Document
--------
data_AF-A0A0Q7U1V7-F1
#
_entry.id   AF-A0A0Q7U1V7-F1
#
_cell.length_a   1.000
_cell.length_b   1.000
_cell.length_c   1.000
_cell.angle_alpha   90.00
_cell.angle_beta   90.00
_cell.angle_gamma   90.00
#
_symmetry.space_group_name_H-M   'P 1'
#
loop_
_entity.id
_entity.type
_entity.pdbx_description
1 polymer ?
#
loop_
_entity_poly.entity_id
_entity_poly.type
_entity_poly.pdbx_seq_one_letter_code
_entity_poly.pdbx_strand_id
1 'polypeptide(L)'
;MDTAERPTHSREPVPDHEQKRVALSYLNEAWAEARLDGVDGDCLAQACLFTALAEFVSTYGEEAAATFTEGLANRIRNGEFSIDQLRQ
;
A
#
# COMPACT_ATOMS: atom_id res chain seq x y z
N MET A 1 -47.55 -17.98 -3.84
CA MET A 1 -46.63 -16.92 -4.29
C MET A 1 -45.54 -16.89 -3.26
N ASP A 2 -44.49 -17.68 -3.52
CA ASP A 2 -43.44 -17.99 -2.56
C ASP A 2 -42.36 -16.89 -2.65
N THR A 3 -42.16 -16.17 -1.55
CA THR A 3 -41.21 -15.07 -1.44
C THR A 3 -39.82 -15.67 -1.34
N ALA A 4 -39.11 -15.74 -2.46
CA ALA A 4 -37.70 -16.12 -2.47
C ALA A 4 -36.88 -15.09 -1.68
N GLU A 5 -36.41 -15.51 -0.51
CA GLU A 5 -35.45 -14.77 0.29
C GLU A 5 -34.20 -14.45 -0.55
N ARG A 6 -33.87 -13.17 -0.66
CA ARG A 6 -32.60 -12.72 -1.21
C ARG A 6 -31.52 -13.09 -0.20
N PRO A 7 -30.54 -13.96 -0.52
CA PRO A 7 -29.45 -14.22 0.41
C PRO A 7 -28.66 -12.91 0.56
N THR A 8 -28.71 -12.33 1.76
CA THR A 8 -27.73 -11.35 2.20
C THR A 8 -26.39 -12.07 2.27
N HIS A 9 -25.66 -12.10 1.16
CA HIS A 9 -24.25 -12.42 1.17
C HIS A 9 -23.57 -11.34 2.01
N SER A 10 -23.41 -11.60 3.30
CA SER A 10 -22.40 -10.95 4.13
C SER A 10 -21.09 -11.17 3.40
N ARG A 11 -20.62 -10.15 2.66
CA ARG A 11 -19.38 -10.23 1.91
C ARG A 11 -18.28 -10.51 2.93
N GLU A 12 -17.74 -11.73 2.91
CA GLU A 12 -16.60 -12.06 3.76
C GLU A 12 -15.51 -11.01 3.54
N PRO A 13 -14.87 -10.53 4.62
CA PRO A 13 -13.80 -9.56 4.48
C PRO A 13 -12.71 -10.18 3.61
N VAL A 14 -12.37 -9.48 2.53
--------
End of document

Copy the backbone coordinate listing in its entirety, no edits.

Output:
data_AF-A0A0Q7U1V7-F1
#
_entry.id   AF-A0A0Q7U1V7-F1
#
_cell.length_a   1.000
_cell.length_b   1.000
_cell.length_c   1.000
_cell.angle_alpha   90.00
_cell.angle_beta   90.00
_cell.angle_gamma   90.00
#
_symmetry.space_group_name_H-M   'P 1'
#
loop_
_entity.id
_entity.type
_entity.pdbx_description
1 polymer ?
#
loop_
_entity_poly.entity_id
_entity_poly.type
_entity_poly.pdbx_seq_one_letter_code
_entity_poly.pdbx_strand_id
1 'polypeptide(L)'
;MDTAERPTHSREPVPDHEQKRVALSYLNEAWAEARLDGVDGDCLAQACLFTALAEFVSTYGEEAAATFTEGLANRIRNGEFSIDQLRQ
;
A
#
# COMPACT_ATOMS: atom_id res chain seq x y z
N MET A 1 -47.55 -17.98 -3.84
CA MET A 1 -46.63 -16.92 -4.29
C MET A 1 -45.54 -16.89 -3.26
N ASP A 2 -44.49 -17.68 -3.52
CA ASP A 2 -43.44 -17.99 -2.56
C ASP A 2 -42.36 -16.89 -2.65
N THR A 3 -42.16 -16.17 -1.55
CA THR A 3 -41.21 -15.07 -1.44
C THR A 3 -39.82 -15.67 -1.34
N ALA A 4 -39.11 -15.74 -2.46
CA ALA A 4 -37.70 -16.12 -2.47
C ALA A 4 -36.88 -15.09 -1.68
N GLU A 5 -36.41 -15.51 -0.51
CA GLU A 5 -35.45 -14.77 0.29
C GLU A 5 -34.20 -14.45 -0.55
N ARG A 6 -33.87 -13.17 -0.66
CA ARG A 6 -32.60 -12.72 -1.21
C ARG A 6 -31.52 -13.09 -0.20
N PRO A 7 -30.54 -13.96 -0.52
CA PRO A 7 -29.45 -14.22 0.41
C PRO A 7 -28.66 -12.91 0.56
N THR A 8 -28.71 -12.33 1.76
CA THR A 8 -27.73 -11.35 2.20
C THR A 8 -26.39 -12.07 2.27
N HIS A 9 -25.66 -12.10 1.16
CA HIS A 9 -24.25 -12.42 1.17
C HIS A 9 -23.57 -11.34 2.01
N SER A 10 -23.41 -11.60 3.30
CA SER A 10 -22.40 -10.95 4.13
C SER A 10 -21.09 -11.17 3.40
N ARG A 11 -20.62 -10.15 2.66
CA ARG A 11 -19.38 -10.23 1.91
C ARG A 11 -18.28 -10.51 2.93
N GLU A 12 -17.74 -11.73 2.91
CA GLU A 12 -16.60 -12.06 3.76
C GLU A 12 -15.51 -11.01 3.54
N PRO A 13 -14.87 -10.53 4.62
CA PRO A 13 -13.80 -9.56 4.48
C PRO A 13 -12.71 -10.18 3.61
N VAL A 14 -12.37 -9.48 2.53